Bryan Peterson’s book is popular enough that it’s in its fourth printing. He goes through the basics with a lot of pictures and examples that should help everyone learn how to control their camera.

It’s definitely meant for beginners though so pass if you’re already comfortable with aperture, shutter speed and exposure settings.

Learn Photography on your Own

So I hope this has inspired you to take the time and learn about your camera and the art and craft of Photography.

As I mentioned in this article on the 3 key components of great photography , your skill and knowledge is a big part of that.

Take the time to level up your photography with one of these free online photography courses with assignments, or even one of the recommended books.

This post has affiliate links. As an Amazon Associate I earn from qualifying purchases. The opinions presented are my own.

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A Travel Photography Guide for Aspiring Photographers Location reviews focused on photography Enhanced with techniques to learn and gear to get before you go. Enjoy planning your photo trip and get the shots you want!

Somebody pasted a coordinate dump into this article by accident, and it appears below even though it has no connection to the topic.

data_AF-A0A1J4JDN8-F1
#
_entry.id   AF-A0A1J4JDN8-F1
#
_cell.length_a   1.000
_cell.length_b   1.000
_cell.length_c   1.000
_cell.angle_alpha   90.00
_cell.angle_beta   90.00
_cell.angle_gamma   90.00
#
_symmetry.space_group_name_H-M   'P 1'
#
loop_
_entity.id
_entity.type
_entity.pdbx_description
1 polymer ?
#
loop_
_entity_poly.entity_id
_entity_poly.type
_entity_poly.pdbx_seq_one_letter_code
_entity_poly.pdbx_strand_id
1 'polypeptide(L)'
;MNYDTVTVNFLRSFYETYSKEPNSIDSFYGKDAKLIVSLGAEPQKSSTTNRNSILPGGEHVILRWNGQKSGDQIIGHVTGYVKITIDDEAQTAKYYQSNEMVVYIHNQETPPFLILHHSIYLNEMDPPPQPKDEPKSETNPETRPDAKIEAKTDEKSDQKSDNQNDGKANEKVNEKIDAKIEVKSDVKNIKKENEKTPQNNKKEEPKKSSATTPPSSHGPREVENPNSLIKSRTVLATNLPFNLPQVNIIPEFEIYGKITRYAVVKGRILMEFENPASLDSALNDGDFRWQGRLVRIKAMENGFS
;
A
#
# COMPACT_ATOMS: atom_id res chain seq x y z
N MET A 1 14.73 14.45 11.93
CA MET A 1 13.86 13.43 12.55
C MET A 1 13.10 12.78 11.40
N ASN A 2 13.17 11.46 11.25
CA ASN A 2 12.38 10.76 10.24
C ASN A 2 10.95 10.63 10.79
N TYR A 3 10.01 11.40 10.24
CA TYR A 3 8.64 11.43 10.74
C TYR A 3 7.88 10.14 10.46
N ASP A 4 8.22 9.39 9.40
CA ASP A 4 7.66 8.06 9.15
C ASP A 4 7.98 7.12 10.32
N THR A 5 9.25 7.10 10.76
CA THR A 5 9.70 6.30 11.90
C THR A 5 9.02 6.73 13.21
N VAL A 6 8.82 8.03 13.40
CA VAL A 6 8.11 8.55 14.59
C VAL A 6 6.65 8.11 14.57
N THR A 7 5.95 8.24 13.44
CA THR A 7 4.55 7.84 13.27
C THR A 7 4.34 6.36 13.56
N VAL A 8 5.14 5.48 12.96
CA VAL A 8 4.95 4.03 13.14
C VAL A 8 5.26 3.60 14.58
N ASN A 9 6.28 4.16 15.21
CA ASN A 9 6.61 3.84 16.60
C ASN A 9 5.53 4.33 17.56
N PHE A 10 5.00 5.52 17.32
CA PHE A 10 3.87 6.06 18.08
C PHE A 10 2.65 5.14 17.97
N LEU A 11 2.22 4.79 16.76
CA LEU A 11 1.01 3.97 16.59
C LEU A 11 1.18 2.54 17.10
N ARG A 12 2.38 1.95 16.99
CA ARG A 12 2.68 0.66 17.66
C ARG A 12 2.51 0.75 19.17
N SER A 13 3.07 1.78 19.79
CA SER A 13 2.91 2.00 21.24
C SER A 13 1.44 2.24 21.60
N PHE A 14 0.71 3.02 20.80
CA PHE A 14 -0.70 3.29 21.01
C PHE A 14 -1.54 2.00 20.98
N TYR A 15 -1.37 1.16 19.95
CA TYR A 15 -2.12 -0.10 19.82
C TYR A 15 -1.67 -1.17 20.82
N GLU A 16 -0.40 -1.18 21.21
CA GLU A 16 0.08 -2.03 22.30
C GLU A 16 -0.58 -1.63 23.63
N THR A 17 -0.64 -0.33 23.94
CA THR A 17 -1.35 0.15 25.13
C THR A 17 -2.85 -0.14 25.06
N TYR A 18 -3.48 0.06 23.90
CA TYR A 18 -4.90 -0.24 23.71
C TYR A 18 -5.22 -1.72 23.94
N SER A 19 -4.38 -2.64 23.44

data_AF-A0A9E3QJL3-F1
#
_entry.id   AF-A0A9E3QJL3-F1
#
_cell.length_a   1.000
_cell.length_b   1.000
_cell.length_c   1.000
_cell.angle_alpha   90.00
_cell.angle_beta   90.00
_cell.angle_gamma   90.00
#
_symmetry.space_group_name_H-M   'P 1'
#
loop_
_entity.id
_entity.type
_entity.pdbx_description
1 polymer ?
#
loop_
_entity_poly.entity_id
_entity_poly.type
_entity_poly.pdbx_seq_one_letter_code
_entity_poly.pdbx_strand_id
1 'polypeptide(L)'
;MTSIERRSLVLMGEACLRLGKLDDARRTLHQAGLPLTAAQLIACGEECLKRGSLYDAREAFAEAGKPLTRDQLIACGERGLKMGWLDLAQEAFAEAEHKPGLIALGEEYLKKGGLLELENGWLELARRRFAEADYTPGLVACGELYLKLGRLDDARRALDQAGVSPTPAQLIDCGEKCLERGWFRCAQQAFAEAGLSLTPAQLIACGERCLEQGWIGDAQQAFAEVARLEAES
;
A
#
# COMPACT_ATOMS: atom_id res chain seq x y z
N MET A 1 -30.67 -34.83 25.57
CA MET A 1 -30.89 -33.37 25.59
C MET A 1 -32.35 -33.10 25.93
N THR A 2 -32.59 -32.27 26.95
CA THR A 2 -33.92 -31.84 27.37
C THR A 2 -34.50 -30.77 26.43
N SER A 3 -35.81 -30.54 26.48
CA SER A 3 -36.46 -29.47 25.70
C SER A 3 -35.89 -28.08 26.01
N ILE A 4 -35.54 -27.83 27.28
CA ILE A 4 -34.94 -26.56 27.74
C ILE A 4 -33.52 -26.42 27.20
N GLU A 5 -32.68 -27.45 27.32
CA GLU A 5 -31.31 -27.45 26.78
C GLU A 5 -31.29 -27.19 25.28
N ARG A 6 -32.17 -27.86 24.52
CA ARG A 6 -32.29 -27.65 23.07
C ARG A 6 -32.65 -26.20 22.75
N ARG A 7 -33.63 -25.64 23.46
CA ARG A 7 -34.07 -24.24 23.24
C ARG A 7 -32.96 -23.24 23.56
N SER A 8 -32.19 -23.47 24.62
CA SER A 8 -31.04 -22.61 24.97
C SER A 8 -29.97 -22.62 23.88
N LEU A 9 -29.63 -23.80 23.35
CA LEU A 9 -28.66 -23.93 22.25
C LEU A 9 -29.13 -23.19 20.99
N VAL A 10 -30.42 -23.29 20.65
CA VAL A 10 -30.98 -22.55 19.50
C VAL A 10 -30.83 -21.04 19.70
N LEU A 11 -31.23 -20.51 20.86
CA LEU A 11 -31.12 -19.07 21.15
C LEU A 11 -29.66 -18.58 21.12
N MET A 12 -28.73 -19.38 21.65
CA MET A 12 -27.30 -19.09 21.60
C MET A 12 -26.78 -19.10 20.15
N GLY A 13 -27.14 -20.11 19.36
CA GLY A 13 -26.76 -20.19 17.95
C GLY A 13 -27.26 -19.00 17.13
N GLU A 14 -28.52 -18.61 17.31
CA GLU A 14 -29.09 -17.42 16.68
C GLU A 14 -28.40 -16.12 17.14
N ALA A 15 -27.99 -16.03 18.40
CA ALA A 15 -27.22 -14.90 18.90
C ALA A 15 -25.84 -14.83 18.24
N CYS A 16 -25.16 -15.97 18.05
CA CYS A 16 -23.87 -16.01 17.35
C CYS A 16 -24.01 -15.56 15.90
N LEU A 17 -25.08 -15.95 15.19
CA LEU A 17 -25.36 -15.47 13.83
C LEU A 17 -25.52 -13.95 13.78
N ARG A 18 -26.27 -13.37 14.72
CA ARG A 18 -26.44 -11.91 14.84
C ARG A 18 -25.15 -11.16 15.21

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How to Take Good Pictures for Your Assignments?

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In academic life, there are sometimes when assignments are required to include pictures also that are related to places, objects, recipes, and much more. So are you also one of them who is good at taking pictures but when it comes to taking photos for your assignment, it seems a little tough. Additionally, you might also be worried about ‘Who can write my assignment ?”So, as a student, it might be tough for you to click the right pictures for your academic tasks. So, here’s some great information on how to take good pictures for your assignment:

How to Take Good Pictures for Your Assignments

Six Tips for Beginners on How to Take Pictures for Assignment

Place Your Camera or Phone on a Tripod:

If you are taking pictures for an assignment, then you have to better hold the camera. Keep in mind that the camera should be as far away from the object as possible. In the beginning, you will not be able to find the best angle easily. But you should be able to capture a more perfectly composed image for the assignment. If you don’t have a tripod, then all you can do is buy one, which makes your task easy and perfect. Using a tripod, you will be able to position your camera properly and frame the best shot.

Perfect Structure of Object:

The perfect structure is considered the key part of the photo. Whether you are taking photos with your mobile phone or on your camera, the composition is a must. For the best assignment photographs, you need to follow the rule of third. The rule of third is the composition secret to having a “wow” picture. It means dividing the frame into three equal parts, like a top, middle, and bottom, or on the other hand, left, middle, and right. Hence, whatever method you are using, just keep your camera slightly above the object. 

Try Natural Poses: